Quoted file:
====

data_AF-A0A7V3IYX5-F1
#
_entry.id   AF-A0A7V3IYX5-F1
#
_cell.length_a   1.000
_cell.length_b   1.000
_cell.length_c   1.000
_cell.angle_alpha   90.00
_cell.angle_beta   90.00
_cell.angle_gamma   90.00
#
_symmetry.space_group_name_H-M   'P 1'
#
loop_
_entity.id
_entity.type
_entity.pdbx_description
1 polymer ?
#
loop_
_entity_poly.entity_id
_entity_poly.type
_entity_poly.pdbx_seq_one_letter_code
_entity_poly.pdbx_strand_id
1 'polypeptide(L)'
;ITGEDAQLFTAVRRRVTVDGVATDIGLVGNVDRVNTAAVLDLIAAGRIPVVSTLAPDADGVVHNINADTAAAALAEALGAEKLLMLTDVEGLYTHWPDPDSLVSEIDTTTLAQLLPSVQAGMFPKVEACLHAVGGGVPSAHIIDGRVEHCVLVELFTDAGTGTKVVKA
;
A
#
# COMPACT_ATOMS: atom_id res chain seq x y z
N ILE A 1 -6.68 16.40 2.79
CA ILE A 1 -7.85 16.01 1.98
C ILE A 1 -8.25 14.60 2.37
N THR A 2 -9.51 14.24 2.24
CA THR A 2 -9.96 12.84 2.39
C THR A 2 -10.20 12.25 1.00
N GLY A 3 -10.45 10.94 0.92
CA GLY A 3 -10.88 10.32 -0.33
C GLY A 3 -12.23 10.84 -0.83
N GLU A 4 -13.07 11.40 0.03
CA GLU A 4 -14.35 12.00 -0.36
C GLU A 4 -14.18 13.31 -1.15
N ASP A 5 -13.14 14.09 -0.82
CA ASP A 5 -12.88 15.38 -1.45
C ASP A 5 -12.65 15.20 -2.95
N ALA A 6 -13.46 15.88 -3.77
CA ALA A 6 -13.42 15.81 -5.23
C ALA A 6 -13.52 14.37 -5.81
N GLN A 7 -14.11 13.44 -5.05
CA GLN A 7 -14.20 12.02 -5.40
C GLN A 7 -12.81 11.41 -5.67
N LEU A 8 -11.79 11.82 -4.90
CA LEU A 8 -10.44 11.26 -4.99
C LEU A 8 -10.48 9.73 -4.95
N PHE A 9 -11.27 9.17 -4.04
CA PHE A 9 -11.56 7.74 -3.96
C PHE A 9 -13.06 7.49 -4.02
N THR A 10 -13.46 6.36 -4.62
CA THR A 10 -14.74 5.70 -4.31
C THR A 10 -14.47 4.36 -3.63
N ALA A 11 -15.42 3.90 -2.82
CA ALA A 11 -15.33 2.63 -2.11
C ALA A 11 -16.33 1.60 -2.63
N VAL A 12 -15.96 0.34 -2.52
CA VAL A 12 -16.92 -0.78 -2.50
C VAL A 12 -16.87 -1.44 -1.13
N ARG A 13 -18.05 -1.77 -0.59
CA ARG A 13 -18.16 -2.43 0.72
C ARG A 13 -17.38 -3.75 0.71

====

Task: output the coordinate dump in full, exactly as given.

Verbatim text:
data_AF-A0A7V3IYX5-F1
#
_entry.id   AF-A0A7V3IYX5-F1
#
_cell.length_a   1.000
_cell.length_b   1.000
_cell.length_c   1.000
_cell.angle_alpha   90.00
_cell.angle_beta   90.00
_cell.angle_gamma   90.00
#
_symmetry.space_group_name_H-M   'P 1'
#
loop_
_entity.id
_entity.type
_entity.pdbx_description
1 polymer ?
#
loop_
_entity_poly.entity_id
_entity_poly.type
_entity_poly.pdbx_seq_one_letter_code
_entity_poly.pdbx_strand_id
1 'polypeptide(L)'
;ITGEDAQLFTAVRRRVTVDGVATDIGLVGNVDRVNTAAVLDLIAAGRIPVVSTLAPDADGVVHNINADTAAAALAEALGAEKLLMLTDVEGLYTHWPDPDSLVSEIDTTTLAQLLPSVQAGMFPKVEACLHAVGGGVPSAHIIDGRVEHCVLVELFTDAGTGTKVVKA
;
A
#
# COMPACT_ATOMS: atom_id res chain seq x y z
N ILE A 1 -6.68 16.40 2.79
CA ILE A 1 -7.85 16.01 1.98
C ILE A 1 -8.25 14.60 2.37
N THR A 2 -9.51 14.24 2.24
CA THR A 2 -9.96 12.84 2.39
C THR A 2 -10.20 12.25 1.00
N GLY A 3 -10.45 10.94 0.92
CA GLY A 3 -10.88 10.32 -0.33
C GLY A 3 -12.23 10.84 -0.83
N GLU A 4 -13.07 11.40 0.03
CA GLU A 4 -14.35 12.00 -0.36
C GLU A 4 -14.18 13.31 -1.15
N ASP A 5 -13.14 14.09 -0.82
CA ASP A 5 -12.88 15.38 -1.45
C ASP A 5 -12.65 15.20 -2.95
N ALA A 6 -13.46 15.88 -3.77
CA ALA A 6 -13.42 15.81 -5.23
C ALA A 6 -13.52 14.37 -5.81
N GLN A 7 -14.11 13.44 -5.05
CA GLN A 7 -14.20 12.02 -5.40
C GLN A 7 -12.81 11.41 -5.67
N LEU A 8 -11.79 11.82 -4.90
CA LEU A 8 -10.44 11.26 -4.99
C LEU A 8 -10.48 9.73 -4.95
N PHE A 9 -11.27 9.17 -4.04
CA PHE A 9 -11.56 7.74 -3.96
C PHE A 9 -13.06 7.49 -4.02
N THR A 10 -13.46 6.36 -4.62
CA THR A 10 -14.74 5.70 -4.31
C THR A 10 -14.47 4.36 -3.63
N ALA A 11 -15.42 3.90 -2.82
CA ALA A 11 -15.33 2.63 -2.11
C ALA A 11 -16.33 1.60 -2.63
N VAL A 12 -15.96 0.34 -2.52
CA VAL A 12 -16.92 -0.78 -2.50
C VAL A 12 -16.87 -1.44 -1.13
N ARG A 13 -18.05 -1.77 -0.59
CA ARG A 13 -18.16 -2.43 0.72
C ARG A 13 -17.38 -3.75 0.71